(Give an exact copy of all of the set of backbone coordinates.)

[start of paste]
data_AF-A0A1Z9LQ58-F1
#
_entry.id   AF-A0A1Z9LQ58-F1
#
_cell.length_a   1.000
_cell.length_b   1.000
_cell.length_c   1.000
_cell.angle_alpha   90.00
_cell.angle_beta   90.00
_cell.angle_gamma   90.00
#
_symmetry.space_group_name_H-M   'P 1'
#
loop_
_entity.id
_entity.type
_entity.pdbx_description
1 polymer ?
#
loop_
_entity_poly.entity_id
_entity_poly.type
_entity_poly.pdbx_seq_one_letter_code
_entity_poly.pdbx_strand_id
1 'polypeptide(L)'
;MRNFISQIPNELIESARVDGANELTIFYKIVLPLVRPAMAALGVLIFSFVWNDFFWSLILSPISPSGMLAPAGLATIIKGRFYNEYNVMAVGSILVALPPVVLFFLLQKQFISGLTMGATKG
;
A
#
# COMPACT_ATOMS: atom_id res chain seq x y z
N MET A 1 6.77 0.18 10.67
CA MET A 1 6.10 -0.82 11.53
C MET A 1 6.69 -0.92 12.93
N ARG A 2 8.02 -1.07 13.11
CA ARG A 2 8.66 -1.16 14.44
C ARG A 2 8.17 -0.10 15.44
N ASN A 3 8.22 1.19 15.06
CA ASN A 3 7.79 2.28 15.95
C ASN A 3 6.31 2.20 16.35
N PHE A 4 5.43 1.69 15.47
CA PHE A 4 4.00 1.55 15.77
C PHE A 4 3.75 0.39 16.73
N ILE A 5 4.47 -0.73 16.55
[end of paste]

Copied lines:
data_AF-A0A1Z9LQ58-F1
#
_entry.id   AF-A0A1Z9LQ58-F1
#
_cell.length_a   1.000
_cell.length_b   1.000
_cell.length_c   1.000
_cell.angle_alpha   90.00
_cell.angle_beta   90.00
_cell.angle_gamma   90.00
#
_symmetry.space_group_name_H-M   'P 1'
#
loop_
_entity.id
_entity.type
_entity.pdbx_description
1 polymer ?
#
loop_
_entity_poly.entity_id
_entity_poly.type
_entity_poly.pdbx_seq_one_letter_code
_entity_poly.pdbx_strand_id
1 'polypeptide(L)'
;MRNFISQIPNELIESARVDGANELTIFYKIVLPLVRPAMAALGVLIFSFVWNDFFWSLILSPISPSGMLAPAGLATIIKGRFYNEYNVMAVGSILVALPPVVLFFLLQKQFISGLTMGATKG
;
A
#
# COMPACT_ATOMS: atom_id res chain seq x y z
N MET A 1 6.77 0.18 10.67
CA MET A 1 6.10 -0.82 11.53
C MET A 1 6.69 -0.92 12.93
N ARG A 2 8.02 -1.07 13.11
CA ARG A 2 8.66 -1.16 14.44
C ARG A 2 8.17 -0.10 15.44
N ASN A 3 8.22 1.19 15.06
CA ASN A 3 7.79 2.28 15.95
C ASN A 3 6.31 2.20 16.35
N PHE A 4 5.43 1.69 15.47
CA PHE A 4 4.00 1.55 15.77
C PHE A 4 3.75 0.39 16.73
N ILE A 5 4.47 -0.73 16.55